Test solutions containing a synthetic cooling tower water were prepared in 200 ml amber bottles. These solutions were prepared from deionized water and reagent grade salts. Appropriate commercial grade phosphonates, candidate chlorine stabilizers and chlorine were then added to the solution. The final composition of the test solutions were:
Calcium: 500 ppm (CaCO3)
Magnesium: 200 ppm (CaCO3)
Bicarbonate: 300 ppm (CaCO3)
Phosphonate: 5.0 ppm (PO4)
Chlorine: 12 ppm (Cl2)
The solution described above was prepared, stored at room temperature for 48 hours and analyzed for total phosphate and (organic+ortho phosphate). The degree of decomposition was then determined from the amount of orthophosphate generated.
The use of sulfamic acid for phosphonate stabilization was then tested in a pilot cooling tower (PCT) apparatus. This device is described in the article:
"Small-Scale Short-Term Methods of Evaluating Cooling Water Treatments . . . Are They Worthwhile?," D. T. Reed and R. Nass, Nalco Chemical Company, International Water Conference, Pittsburgh, PA, Nov. 4-6, 1975. The PCT test was used to determine:
(1) decomposition of phosphonate by chlorine in the absence of any stabilizer;
(2) the effect of sulfamic acid in reducing this decomposition.
The composition of the water in the pilot cooling tower was four concentrations of synthetic lake water. No pH control was used and the water was allowed to reach the equilibrium pH value of 9.0-9.2. Chlorine was introduced into the system by a constant feed of 7.25% sodium hypochlorite. A scale control program containing 6% of HEDP for scale control was fed to the tower at a rate proportional to the blowdown, resulting in a constant theoretical level of HEDP in the tower. The concentration ratio of the tower was held constant by a conductivity controller. A complete analysis of the composition of the tower water was done on a daily basis. The experiment was conducted in two phases:
1. With all other factors held constant, the rate of addition of sodium hypochlorite was steadily increased and the effect on the HEDP and orthophosphate residuals observed.
2. Once a steady state of HEDP decomposition was obtained in the tower, feed of sulfamic acid was commenced and the effect on HEDP and orthophosphate levels observed. The extent of decomposition was deduced from these data.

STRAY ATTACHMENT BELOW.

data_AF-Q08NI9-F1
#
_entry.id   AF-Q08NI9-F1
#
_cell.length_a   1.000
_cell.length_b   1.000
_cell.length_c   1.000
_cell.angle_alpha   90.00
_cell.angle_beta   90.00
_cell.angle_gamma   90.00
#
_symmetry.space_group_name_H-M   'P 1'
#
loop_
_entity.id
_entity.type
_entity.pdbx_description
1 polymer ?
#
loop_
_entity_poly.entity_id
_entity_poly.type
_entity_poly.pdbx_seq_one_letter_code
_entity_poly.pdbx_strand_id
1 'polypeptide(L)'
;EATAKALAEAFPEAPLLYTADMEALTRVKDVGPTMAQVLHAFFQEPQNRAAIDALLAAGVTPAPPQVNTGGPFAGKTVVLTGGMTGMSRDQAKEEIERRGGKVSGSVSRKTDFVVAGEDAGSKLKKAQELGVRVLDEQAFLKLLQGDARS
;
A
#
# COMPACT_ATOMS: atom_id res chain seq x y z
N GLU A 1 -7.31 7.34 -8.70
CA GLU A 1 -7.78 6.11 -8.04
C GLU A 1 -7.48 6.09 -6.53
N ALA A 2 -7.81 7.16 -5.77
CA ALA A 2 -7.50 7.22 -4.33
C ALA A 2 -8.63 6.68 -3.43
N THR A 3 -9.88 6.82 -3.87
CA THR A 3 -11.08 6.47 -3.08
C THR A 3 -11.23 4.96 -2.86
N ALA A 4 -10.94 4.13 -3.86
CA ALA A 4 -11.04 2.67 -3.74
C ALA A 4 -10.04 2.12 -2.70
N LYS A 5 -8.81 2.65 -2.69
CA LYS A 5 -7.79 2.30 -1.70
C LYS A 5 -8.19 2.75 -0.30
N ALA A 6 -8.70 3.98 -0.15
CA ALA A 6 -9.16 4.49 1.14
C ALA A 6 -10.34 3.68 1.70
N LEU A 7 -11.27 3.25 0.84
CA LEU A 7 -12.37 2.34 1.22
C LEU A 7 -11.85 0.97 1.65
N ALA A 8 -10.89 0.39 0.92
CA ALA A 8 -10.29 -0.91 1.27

A field evaluation of this invention was conducted at a midwest polyethylene plant. This plant has a large cooling tower system which contains over a million gallons of water. The holding time of this system is exceptionally long. This plant has been using a product containing HEDP for some time and has also been practicing continuous chlorination. It has had a history of operating problems which have been related to HEDP breakdown. The field evaluation was conducted in two phases:
1. The plant was run using its normal operating practices and baseline analytical data were collected and chlorine consumption rates were logged.
2. Sulfamic acid was added to the cooling tower water and data continued to be collected.
FIG. 1 shows decomposition of HEDP as a function of time, with and without a stabilizer.
FIG. 2 compares two phosphonates and two stabilizers.
FIG. 3 shows a ten-day test in the pilot cooling tower.
FIG. 4 shows the field results testing sulfamic acid.
A series of bottle tests were done using the procedure described above. In the first series of tests, the mole ratio of sulfamic acid to chlorine was varied and the decomposition was measured as a function of time. FIG. 1 shows the results of this series. When the mole ratio of sulfamic acid (SA) was as low as 0.5, significant stabilization was obtained. At a mole ratio of 1 mole of sulfamic acid/chlorine, the decomposition of HEDP was completely eliminated.
A second series of bottle tests illustrates the effect of two stabilizers, sulfamic acid (SAA) and cyanuric acid (CYA), on the decomposition of two phosphonates (1-hydroxyethylidine 1,1-diphosphonic acid and phosphono glycolic acid). As can be seen from FIG. 2, both of these stabilizers gave inhibition of decomposition of both phosphonates. However, sulfamic acid was substantially superior to cyanuric acid.
Some relevant data from the pilot cooling tower test is shown in FIG. 3. The first 10 days of the test were used to establish a baseline condition for decomposition in this experiment. After an initial buildup period, substantial levels of orthophosphate were generated, indicating that the HEDP component of the treatment formulation was being decomposed. On the tenth day of the test, addition of 20 ppm of sulfamic acid (SAA) was begun. The orthophosphate level immediately fell to and was maintained at a much lower level than had been observed in the baseline period.
The results of the field evaluation are summarized in FIG. 4. FIG. 4 shows the effect of 20 ppm of sulfamic acid on chlorine consumption. Throughout the evaluation, chlorine addition rates were such that a free residual of 0.2 to 0.4 was maintained. The addition of sulfamic acid significantly reduced the amount of chlorine required to give this residual of free chlorine. Sulfamic acid feed was commenced on the eighth day of the trial. After sufficient time had elapsed for the tower to turn over the water content, the orthophosphate content of the tower water decreased from the range of 2.5 to 3.0 ppm to an average level of 1.2 to 1.8 ppm. This field evaluation clearly shows the efficacy of sulfamic acid in reducing phosphonate degradation under field conditions.
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|U.S. Classification||210/699, 210/764, 252/180, 210/700, 210/754|
|International Classification||C07F9/38, C02F5/08, C02F5/10, C02F5/14, C02F5/12, C02F5/00, C07F9/40|